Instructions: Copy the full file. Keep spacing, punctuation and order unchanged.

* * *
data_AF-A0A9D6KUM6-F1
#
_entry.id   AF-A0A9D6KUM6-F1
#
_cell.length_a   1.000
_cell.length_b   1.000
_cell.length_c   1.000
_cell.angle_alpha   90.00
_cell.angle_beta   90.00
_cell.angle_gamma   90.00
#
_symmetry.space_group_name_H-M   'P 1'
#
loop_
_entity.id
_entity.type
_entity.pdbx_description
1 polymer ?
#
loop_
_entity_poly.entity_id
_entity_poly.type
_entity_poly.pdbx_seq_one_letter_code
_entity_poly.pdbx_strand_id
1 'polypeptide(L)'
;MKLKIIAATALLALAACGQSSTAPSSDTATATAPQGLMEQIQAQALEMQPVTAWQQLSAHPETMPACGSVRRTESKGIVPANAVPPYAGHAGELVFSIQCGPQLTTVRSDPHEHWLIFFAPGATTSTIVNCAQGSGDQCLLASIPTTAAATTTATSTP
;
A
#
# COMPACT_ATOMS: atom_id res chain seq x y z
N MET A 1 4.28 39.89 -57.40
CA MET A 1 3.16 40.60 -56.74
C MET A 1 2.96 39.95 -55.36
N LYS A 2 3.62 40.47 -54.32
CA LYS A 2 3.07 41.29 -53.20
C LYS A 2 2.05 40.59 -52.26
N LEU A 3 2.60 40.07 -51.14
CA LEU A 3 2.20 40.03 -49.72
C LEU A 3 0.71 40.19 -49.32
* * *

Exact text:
data_AF-A0A9D6KUM6-F1
#
_entry.id   AF-A0A9D6KUM6-F1
#
_cell.length_a   1.000
_cell.length_b   1.000
_cell.length_c   1.000
_cell.angle_alpha   90.00
_cell.angle_beta   90.00
_cell.angle_gamma   90.00
#
_symmetry.space_group_name_H-M   'P 1'
#
loop_
_entity.id
_entity.type
_entity.pdbx_description
1 polymer ?
#
loop_
_entity_poly.entity_id
_entity_poly.type
_entity_poly.pdbx_seq_one_letter_code
_entity_poly.pdbx_strand_id
1 'polypeptide(L)'
;MKLKIIAATALLALAACGQSSTAPSSDTATATAPQGLMEQIQAQALEMQPVTAWQQLSAHPETMPACGSVRRTESKGIVPANAVPPYAGHAGELVFSIQCGPQLTTVRSDPHEHWLIFFAPGATTSTIVNCAQGSGDQCLLASIPTTAAATTTATSTP
;
A
#
# COMPACT_ATOMS: atom_id res chain seq x y z
N MET A 1 4.28 39.89 -57.40
CA MET A 1 3.16 40.60 -56.74
C MET A 1 2.96 39.95 -55.36
N LYS A 2 3.62 40.47 -54.32
CA LYS A 2 3.07 41.29 -53.20
C LYS A 2 2.05 40.59 -52.26
N LEU A 3 2.60 40.07 -51.14
CA LEU A 3 2.20 40.03 -49.72
C LEU A 3 0.71 40.19 -49.32